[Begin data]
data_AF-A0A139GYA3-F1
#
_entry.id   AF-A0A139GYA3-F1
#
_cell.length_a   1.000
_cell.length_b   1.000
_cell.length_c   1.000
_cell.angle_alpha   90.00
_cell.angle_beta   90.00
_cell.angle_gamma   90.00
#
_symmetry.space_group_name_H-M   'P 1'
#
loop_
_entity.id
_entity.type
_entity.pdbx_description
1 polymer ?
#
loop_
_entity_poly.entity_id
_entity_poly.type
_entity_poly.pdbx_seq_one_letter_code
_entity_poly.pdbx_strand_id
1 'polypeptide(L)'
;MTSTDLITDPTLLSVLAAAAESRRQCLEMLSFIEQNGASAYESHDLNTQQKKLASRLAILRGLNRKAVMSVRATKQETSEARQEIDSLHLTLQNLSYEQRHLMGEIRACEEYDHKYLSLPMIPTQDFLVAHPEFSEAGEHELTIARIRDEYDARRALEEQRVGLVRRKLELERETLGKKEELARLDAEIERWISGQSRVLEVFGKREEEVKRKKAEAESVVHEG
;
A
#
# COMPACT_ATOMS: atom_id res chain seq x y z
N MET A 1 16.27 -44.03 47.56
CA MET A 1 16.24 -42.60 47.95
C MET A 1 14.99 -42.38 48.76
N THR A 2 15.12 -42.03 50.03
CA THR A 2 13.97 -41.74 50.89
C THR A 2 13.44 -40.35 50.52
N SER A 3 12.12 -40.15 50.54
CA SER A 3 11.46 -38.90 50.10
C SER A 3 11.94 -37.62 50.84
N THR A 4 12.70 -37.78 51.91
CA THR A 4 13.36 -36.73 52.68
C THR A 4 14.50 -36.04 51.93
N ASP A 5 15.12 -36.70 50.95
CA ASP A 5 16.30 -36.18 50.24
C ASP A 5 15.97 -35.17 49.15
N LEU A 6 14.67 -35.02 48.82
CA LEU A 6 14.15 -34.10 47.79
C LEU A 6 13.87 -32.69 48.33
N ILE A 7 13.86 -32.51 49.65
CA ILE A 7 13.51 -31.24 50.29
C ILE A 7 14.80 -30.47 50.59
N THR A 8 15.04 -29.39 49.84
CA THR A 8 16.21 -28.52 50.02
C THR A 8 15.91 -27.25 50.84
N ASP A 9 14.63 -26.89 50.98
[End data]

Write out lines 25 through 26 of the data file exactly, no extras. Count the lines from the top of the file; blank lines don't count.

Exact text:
1 'polypeptide(L)'
;MTSTDLITDPTLLSVLAAAAESRRQCLEMLSFIEQNGASAYESHDLNTQQKKLASRLAILRGLNRKAVMSVRATKQETSEARQEIDSLHLTLQNLSYEQRHLMGEIRACEEYDHKYLSLPMIPTQDFLVAHPEFSEAGEHELTIARIRDEYDARRALEEQRVGLVRRKLELERETLGKKEELARLDAEIERWISGQSRVLEVFGKREEEVKRKKAEAESVVHEG